American Vice President Kamala Harris marched with civil rights leaders and proud citizens of Selma, Ala. Sunday to remember a tragic, horrible day in this nation’s racist history.
That day, more than 50 years ago, and while it is historic that a woman of color is part of the presidency and a mixed-race man represented the United States for eight years in this century, the racism remains in a bitterly-divided land called America.
“Today, we stand on this bridge at a different time,” Harris said in a speech before the gathered crowd. “We again, however, find ourselves caught in between. Between injustice and justice. Between disappointment and determination. Still in a fight to form a more perfect union. And nowhere is that more clear than when it comes to the ongoing fight to secure the freedom to vote.”
While Harris marched in Selma, President Joe Biden notes that the progress of the 1965 Voting Rights Act that came out of the aftermath of Selma has been weakened “by the brute force” of racists and bigots in Congress and state legislatures and “insidious court decisions.”
“In Selma, the blood of John Lewis and so many other courageous Americans sanctified a noble struggle. We are determined to honor that legacy by passing legislation to protect the right to vote and uphold the integrity of our elections,” Biden said in a statement.
Biden’s party has been trying to update the landmark law with stronger measures to make it more convenient to vote, but such attempts were stonewalled by the hardcore racists who dominate the GOP.
Working in Washington for 23 years, I saw the racist undercurrent that has been controlling the Republican Party for the too-long bubble to the surface in 1994 when they recaptured leadership of Congress. Legislation limiting the progress of civil rights, along with other racist screeds, became laws of the land.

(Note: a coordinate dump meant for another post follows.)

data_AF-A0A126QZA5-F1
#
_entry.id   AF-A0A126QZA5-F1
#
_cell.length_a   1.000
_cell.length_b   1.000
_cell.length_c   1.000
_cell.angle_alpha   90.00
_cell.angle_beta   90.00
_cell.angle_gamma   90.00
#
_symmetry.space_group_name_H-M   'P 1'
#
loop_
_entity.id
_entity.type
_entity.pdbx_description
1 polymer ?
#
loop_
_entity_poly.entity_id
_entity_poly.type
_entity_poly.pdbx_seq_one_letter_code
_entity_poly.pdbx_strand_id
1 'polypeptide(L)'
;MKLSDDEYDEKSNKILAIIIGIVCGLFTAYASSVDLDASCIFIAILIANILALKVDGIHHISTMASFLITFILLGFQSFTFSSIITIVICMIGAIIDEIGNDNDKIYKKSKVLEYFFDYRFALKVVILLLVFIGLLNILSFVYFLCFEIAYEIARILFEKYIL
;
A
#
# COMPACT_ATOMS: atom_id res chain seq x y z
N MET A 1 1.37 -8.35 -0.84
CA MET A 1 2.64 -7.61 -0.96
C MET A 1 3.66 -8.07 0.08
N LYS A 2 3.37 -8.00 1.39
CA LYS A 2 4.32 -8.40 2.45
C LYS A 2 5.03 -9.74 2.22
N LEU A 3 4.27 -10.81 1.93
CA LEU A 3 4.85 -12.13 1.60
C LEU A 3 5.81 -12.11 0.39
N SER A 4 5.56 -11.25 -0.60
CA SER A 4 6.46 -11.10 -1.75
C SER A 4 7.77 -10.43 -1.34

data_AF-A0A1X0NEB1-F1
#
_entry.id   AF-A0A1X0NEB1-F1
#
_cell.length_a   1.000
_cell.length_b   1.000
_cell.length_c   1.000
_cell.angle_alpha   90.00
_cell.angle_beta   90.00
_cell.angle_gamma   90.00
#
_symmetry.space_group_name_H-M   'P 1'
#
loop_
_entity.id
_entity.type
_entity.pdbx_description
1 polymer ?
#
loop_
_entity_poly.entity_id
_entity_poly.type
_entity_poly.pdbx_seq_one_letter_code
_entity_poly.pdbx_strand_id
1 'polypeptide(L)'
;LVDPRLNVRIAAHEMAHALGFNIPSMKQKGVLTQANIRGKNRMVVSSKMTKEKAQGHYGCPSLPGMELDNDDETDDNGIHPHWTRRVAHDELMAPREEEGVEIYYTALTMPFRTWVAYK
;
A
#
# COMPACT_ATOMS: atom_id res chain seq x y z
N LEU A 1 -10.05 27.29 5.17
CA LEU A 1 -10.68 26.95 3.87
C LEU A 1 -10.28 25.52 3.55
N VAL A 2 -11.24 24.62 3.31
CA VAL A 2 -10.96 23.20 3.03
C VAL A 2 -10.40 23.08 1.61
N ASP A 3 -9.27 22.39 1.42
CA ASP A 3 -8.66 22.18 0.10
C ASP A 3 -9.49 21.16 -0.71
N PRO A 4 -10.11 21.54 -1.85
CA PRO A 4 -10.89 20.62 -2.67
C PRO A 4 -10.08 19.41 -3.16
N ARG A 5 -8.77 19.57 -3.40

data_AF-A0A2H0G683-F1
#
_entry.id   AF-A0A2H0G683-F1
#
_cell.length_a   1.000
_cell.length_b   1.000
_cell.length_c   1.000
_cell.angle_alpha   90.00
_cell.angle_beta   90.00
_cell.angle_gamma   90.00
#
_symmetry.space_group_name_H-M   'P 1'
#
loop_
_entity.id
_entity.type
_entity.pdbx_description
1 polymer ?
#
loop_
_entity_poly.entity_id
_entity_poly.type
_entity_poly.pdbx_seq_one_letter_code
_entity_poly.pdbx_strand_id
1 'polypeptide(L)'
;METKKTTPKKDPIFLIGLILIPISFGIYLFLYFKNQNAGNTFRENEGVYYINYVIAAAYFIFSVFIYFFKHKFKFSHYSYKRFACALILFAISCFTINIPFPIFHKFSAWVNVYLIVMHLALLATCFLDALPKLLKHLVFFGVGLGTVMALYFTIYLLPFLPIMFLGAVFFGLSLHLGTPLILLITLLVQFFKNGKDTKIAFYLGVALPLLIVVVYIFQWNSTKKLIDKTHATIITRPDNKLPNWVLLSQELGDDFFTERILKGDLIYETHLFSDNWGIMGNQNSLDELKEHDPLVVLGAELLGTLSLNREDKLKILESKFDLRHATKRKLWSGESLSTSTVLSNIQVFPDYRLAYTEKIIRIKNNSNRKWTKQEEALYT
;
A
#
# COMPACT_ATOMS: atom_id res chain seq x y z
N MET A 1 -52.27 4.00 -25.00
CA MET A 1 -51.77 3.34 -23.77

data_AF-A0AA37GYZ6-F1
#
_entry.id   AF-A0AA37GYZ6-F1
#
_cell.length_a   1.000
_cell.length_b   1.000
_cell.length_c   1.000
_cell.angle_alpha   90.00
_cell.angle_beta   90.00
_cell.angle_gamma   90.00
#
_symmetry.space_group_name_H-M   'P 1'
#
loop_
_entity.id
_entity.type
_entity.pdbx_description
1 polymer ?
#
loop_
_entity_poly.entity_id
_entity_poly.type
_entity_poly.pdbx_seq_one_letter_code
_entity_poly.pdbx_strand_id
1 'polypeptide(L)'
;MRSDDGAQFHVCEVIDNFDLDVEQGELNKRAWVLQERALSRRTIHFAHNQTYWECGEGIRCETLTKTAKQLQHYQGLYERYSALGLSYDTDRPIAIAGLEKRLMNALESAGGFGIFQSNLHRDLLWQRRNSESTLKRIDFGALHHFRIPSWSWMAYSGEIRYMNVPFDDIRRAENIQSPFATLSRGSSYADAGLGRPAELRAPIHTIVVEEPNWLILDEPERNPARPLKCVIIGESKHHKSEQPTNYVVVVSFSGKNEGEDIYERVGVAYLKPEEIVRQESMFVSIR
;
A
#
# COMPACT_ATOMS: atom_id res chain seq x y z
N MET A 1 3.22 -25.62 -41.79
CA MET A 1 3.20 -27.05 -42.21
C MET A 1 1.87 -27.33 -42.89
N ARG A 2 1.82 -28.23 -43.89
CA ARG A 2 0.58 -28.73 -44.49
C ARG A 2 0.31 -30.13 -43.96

When Barack Obama was elected president, we saw Republicans eagerly embrace the white supremacy and racism of the Tea Party extremists and the rise of illegal militias and hate groups that included GOP members of Congress.
The election of Donald Trump, often identified as an “American example of Hitler” provided America with a president who embraced those who wanted minorities from our shores. Hate crimes based on social and religious discrimination rose to record levels while the Trump-controlled Justice Department looked the other way.
Trump convinced brain-dead Republicans that they were victims of attempts to drive the “white race into a minority.”
“The message,” Democratic pollster Cornell Belcher told CNN, “is to pour as much gasoline on the fire of White grievance and victimhood as possible to energize and mobilize their vote.”
The news network concludes:
Trump’s rise has been both cause and effect of that swelling grievance. The so-called “Southern strategy,” from which Republicans harvested support from racial conservatives after Democrats nationally embraced the civil rights movement in the mid-1960s, proved a formative event in the party’s evolution.
Trump cast restraint aside, opening his winning 2016 presidential campaign by smearing Mexican immigrants as criminals. He kept it up through his losing 2020 contest, when he warned that fair housing laws would destroy suburban neighborhoods, blasted the removal of Confederate symbols and assailed racial justice protesters in the wake of George Floyd’s murder.
The GOP rank and file has followed suit. With the Census Bureau projecting that demographic change will make America a majority-minority nation within a generation, most White Republicans now claim the status of victim.
What Republican racism did was turn America itself into a racist nation with decreasing hope that it can ever be salvaged.
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